Five of the LHSNet sites such as Allina Health System, Essentia Health, Medica Research Institute, Mayo Clinic, and Olmsted County Public Health Services are also members of the Midwest Research Network (http://midwestresearchnetwork.org/). The Midwest Research Network was founded in 2011 by a core group of research and clinical organizations in the Midwest to support collaborative grant proposals and resource sharing for population health research. The history of collaboration among these groups provides a foundation of trust and cross-institutional knowledge upon which the LHSNet is built.

Essentia Health and Medica Research Institute are also members of the Health Care Systems Research Network (http://www.hcsrn.org/en/). This national collaborative of research departments and health-care systems includes nearly 2000 scientists and research staff with multidisciplinary content and methodological expertise. The extensive experience in multisite research efforts and data sharing of the Health Care Systems Research Network serves as a rich resource for the LHSNet.

The LHSNet is also benefited by the experience and expertise of members of the High Value Health Care Collaborative (HVHC). Intermountain Healthcare and Mayo Clinic are both founding members of the HVHC (https://www.highvaluehealthcare.org/), which is a learning network of delivery systems dedicated to data-driven improvement to deliver high-value care. The primary aims of the HVHC, to evaluate, disseminate, and facilitate the adoption of high-value care models in health-care settings, are closely aligned to the goals of LHSNet. Thus, the experience gained by our members in HVHC greatly informs the planning and execution of LHSNet efforts.

The LHSNet sites have extensive experience working within networks and consortia to study and improve health-care delivery. In addition, LHSNet is developing active partnerships with other CDRNs (Chicago Area Patient-Centered Outcomes Research Network, New York City CDRN) and with PPRNs (Health eHeart Alliance, Mood Patient-Powered Research Network, Alzheimer’s PPRN, and NephCure Kidney Network) to collaboratively conduct research.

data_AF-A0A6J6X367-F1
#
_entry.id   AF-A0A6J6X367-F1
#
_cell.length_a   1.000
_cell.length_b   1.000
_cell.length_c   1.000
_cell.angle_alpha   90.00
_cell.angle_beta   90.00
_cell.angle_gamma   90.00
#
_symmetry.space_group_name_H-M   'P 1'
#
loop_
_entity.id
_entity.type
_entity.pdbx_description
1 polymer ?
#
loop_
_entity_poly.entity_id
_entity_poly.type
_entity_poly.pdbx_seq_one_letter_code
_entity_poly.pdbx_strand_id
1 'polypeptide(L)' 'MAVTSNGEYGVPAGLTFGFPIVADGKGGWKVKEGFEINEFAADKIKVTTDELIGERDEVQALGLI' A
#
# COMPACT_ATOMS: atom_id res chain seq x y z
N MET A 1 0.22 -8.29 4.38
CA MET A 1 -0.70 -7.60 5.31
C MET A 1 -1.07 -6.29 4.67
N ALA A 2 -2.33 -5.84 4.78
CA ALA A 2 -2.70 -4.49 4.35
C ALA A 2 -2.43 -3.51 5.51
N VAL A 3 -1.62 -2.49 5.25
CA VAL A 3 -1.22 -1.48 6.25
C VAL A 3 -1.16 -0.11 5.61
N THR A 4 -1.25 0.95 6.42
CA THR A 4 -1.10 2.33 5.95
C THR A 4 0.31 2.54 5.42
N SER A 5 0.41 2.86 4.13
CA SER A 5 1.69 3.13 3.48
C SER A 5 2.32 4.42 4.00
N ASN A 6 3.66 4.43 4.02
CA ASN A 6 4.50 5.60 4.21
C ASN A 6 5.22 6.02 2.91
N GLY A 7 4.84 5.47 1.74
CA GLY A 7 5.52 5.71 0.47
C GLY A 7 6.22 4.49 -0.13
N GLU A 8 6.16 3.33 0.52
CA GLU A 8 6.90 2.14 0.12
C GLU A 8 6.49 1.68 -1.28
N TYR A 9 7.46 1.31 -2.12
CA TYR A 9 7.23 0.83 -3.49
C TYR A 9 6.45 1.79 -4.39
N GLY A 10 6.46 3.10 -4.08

Governance and Organization

The governance structure of the LHSNet is comprised of 3 councils to oversee network processes and functions including the Governance Council, the Workgroup Council, and the Advisory Council (Fig. 2). The Governance Council is the primary governing body of the LHSNet, chaired by the primary principal investigator (PI). Members of the Governance Council include the LHSNet co-PIs, the LHSNet Program Director, site PIs, and patient representatives. The Governance Council meets monthly and reports to PCORI. The Workgroup Council, also chaired by the LHSNet primary PI, oversees the operational activities of the LHSNet with a focus on the completion of project milestones. Members include the LHSNet co-PIs, the LHSNet Program Director, workgroup leaders, site project managers, and site PIs. The Workgroup Council meets biweekly and reports to the LHSNet Governance Council. The Advisory Council informs the LHSNet with membership drawn from organizations external to the LHSNet, including health system leaders, health-care providers, patients, and payers. The Advisory Council enables patients and families, clinicians, researchers, health systems, and payers to ensure that patient needs guide the work, leading to trustworthy and clinically relevant information. The Advisory Council meets annually and informs the direction and priorities of the LHSNet.

Fig. 2 Patient-Centered Network of Learning Health Systems (LHSNet) governance structure. PCORnet, Patient-Centered Clinical Research Network; PI, principal investigator; PI/PD, PI/project director.